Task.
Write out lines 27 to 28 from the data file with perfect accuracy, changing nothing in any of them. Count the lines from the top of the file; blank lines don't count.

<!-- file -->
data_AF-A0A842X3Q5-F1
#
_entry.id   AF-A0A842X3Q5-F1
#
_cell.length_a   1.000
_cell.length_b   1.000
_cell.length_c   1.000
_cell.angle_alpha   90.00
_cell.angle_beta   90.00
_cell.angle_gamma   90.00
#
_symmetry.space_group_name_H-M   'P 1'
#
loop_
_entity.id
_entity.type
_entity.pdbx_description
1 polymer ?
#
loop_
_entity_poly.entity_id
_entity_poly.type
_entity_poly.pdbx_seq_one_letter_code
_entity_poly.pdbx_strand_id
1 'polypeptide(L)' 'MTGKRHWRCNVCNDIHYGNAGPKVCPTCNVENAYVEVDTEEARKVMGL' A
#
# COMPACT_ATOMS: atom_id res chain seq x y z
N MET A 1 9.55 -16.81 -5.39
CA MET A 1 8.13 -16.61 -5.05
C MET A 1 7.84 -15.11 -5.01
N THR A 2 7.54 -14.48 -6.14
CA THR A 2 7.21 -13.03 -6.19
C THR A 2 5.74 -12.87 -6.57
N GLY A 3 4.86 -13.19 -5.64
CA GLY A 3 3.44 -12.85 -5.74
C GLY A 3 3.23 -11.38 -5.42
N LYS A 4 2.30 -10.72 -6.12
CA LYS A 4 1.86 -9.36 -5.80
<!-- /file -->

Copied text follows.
# COMPACT_ATOMS: atom_id res chain seq x y z
N MET A 1 9.55 -16.81 -5.39